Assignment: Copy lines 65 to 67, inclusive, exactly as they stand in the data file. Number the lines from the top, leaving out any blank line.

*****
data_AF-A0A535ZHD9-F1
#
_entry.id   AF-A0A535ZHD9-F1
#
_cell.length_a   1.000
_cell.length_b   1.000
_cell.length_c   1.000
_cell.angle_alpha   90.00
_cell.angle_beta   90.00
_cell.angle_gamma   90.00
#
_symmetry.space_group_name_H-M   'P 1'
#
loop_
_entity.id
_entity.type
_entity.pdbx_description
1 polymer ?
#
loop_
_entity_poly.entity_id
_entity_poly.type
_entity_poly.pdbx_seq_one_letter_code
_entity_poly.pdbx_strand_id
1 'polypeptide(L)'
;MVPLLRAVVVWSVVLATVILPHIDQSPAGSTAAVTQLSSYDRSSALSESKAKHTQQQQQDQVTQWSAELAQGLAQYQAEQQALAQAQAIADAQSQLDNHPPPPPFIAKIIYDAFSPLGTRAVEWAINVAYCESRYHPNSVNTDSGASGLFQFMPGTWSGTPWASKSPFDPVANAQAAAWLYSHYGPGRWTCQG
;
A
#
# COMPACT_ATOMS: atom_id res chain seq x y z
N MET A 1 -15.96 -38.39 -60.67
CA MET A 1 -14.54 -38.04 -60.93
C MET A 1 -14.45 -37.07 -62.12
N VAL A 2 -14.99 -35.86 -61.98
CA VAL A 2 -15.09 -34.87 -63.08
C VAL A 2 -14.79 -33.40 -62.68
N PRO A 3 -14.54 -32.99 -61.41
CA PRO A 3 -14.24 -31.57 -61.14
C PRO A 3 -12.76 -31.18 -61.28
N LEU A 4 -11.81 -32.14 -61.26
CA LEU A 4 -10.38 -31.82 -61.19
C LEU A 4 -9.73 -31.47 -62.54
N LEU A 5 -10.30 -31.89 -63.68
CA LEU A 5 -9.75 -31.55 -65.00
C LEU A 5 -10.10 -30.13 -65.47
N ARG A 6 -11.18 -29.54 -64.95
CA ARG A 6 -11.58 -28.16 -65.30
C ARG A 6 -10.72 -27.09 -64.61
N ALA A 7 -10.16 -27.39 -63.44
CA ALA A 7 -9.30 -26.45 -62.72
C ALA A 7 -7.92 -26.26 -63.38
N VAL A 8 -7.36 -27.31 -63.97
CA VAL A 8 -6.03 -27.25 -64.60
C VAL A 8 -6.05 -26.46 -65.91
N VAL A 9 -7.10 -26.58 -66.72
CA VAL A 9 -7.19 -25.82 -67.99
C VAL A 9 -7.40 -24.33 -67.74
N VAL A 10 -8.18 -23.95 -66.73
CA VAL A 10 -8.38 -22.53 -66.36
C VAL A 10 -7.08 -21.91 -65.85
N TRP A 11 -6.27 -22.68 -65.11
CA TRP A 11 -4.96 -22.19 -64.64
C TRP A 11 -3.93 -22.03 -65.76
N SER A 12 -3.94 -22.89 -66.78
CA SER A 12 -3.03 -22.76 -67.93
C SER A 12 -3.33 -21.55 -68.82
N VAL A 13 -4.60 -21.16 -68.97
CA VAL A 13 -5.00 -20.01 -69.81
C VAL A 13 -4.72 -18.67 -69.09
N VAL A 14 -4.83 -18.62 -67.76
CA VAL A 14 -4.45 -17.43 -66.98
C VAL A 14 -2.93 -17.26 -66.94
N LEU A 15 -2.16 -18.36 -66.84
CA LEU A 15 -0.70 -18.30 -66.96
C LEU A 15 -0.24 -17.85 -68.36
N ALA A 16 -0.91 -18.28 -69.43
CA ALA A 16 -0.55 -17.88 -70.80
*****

CA SER A 12 -3.03 -22.76 -67.93
C SER A 12 -3.33 -21.55 -68.82
N VAL A 13 -4.60 -21.16 -68.97